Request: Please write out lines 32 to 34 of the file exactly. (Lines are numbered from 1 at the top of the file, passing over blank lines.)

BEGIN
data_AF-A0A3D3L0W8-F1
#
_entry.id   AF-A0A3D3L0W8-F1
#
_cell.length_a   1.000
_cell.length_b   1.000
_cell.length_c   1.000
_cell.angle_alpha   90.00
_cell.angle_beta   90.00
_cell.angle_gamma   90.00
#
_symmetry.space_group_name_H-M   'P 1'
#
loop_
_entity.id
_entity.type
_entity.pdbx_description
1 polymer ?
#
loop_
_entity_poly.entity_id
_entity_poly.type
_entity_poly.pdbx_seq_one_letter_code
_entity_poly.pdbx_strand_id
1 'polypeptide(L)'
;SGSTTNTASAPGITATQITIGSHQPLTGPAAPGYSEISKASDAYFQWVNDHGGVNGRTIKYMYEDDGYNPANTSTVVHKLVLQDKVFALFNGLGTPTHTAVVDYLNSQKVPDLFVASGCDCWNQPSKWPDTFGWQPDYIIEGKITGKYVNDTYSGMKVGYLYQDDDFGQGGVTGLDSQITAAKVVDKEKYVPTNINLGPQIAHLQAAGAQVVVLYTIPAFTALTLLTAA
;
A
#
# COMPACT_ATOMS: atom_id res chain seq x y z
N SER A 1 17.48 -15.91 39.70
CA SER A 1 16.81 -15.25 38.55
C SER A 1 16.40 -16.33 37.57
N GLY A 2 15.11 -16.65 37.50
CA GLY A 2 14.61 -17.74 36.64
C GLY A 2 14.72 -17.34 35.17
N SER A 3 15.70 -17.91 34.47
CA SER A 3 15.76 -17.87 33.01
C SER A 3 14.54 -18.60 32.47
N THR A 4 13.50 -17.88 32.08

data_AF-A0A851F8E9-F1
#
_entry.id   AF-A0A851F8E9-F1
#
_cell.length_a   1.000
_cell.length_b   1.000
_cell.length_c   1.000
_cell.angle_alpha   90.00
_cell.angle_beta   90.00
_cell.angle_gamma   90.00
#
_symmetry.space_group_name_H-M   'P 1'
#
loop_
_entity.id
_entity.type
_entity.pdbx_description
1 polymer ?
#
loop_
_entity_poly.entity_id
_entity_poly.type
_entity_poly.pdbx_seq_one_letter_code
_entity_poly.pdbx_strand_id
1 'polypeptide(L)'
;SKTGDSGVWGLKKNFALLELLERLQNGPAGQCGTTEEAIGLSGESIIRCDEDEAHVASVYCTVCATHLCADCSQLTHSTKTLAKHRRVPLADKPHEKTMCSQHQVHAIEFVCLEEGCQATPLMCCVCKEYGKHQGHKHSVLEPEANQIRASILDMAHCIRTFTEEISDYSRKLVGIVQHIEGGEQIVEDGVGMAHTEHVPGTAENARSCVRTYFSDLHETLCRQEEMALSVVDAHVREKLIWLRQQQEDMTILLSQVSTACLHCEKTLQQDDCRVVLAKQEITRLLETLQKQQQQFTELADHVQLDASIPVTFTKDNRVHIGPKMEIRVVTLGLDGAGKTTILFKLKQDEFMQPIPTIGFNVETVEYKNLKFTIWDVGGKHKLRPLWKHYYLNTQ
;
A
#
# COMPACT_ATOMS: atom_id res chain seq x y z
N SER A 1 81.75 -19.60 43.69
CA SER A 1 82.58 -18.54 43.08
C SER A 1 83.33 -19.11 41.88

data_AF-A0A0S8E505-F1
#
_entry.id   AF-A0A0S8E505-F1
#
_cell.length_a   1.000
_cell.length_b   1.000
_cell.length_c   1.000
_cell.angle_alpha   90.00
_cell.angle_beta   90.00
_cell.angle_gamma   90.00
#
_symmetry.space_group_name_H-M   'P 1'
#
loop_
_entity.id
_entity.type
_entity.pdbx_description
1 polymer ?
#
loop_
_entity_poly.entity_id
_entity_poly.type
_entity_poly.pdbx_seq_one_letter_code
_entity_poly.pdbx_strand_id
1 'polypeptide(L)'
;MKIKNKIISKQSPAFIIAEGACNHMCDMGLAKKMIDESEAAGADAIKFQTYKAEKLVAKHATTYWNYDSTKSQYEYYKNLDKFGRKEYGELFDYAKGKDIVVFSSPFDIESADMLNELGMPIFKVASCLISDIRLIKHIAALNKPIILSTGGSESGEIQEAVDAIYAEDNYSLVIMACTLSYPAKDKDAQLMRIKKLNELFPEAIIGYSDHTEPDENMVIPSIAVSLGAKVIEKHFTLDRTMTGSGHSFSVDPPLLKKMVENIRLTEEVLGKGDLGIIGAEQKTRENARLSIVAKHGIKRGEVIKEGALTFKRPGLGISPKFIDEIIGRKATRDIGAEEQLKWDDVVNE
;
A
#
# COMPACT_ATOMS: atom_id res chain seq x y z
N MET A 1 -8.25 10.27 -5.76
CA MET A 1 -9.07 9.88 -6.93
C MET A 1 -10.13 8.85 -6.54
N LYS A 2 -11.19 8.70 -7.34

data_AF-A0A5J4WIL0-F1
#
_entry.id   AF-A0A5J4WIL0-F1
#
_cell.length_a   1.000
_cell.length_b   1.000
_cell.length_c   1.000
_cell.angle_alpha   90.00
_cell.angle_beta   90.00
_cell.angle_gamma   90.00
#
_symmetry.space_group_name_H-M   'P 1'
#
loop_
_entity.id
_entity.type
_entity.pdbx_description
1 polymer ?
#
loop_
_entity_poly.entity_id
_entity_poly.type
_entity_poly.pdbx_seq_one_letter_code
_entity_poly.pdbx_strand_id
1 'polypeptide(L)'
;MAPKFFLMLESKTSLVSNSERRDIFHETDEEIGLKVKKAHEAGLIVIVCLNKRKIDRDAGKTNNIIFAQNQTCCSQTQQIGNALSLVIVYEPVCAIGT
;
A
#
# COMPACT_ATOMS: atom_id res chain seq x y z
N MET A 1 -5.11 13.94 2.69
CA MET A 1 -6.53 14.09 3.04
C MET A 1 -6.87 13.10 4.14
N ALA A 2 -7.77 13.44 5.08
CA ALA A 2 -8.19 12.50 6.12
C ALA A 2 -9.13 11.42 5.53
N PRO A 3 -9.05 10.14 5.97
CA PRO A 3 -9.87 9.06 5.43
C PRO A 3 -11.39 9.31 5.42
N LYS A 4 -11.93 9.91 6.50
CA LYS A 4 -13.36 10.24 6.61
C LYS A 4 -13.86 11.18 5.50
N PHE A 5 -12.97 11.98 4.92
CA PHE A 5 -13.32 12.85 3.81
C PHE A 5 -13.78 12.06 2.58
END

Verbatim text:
CA SER A 1 16.81 -15.25 38.55
C SER A 1 16.40 -16.33 37.57
N GLY A 2 15.11 -16.65 37.50